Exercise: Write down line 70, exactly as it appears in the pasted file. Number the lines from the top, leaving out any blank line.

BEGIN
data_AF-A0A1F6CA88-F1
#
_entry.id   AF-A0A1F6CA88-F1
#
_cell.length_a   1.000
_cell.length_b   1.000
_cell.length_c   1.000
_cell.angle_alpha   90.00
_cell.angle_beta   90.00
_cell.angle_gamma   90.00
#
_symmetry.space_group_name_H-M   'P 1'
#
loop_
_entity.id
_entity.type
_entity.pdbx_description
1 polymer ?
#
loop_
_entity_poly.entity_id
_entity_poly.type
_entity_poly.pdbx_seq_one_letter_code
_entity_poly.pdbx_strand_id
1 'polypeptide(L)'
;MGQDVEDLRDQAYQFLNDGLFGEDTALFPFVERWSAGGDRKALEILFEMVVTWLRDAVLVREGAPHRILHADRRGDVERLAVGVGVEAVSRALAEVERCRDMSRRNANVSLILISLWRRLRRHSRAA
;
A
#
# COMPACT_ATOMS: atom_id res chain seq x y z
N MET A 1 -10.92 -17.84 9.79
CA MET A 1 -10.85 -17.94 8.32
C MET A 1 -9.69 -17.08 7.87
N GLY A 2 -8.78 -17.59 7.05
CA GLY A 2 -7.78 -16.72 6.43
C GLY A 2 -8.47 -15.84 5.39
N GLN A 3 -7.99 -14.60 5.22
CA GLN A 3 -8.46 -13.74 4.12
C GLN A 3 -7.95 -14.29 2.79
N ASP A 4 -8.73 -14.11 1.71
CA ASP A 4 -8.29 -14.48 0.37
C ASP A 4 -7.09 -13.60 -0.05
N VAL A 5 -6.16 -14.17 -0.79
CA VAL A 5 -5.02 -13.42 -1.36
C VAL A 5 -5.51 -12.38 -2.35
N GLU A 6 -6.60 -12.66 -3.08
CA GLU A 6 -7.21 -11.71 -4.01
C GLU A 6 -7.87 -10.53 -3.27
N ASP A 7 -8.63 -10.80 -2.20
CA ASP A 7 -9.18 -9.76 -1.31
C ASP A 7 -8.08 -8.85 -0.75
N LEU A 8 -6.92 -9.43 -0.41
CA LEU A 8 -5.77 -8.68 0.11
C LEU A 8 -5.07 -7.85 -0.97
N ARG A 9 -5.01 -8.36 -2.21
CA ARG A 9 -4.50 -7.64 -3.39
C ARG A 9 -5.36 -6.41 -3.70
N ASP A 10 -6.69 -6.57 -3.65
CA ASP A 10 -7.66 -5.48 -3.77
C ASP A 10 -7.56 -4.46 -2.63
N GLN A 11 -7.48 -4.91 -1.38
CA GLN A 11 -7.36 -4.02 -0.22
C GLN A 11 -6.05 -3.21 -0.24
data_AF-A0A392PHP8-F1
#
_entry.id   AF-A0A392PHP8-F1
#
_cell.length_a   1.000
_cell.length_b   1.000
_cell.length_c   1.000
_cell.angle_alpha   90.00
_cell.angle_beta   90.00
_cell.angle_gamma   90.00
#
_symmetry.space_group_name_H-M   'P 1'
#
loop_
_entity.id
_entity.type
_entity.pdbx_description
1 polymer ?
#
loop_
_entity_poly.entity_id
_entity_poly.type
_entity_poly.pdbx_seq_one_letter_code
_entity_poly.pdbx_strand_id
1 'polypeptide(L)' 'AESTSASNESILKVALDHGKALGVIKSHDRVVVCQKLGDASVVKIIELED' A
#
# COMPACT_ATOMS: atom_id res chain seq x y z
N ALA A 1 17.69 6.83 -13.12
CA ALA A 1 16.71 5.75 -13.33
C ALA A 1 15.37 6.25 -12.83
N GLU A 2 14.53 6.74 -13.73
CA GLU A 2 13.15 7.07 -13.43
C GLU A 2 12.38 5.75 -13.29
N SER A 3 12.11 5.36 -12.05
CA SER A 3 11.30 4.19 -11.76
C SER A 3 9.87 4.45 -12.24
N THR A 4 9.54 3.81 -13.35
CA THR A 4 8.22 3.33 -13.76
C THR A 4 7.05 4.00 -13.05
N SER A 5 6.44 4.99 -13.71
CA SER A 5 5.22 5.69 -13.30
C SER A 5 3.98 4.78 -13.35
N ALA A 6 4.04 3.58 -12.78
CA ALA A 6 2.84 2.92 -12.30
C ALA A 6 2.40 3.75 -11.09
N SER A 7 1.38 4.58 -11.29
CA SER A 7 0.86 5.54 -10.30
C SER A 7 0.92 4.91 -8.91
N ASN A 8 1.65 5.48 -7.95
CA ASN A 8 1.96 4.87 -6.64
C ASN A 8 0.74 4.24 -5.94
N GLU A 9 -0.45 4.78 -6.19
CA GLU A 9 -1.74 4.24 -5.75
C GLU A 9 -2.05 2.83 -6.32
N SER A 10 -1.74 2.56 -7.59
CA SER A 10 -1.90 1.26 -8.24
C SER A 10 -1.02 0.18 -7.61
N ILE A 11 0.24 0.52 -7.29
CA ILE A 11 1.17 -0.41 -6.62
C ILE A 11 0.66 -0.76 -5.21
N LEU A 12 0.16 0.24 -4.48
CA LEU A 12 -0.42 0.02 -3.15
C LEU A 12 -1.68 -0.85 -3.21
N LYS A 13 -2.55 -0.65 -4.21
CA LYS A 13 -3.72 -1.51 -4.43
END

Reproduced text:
_cell.length_c   1.000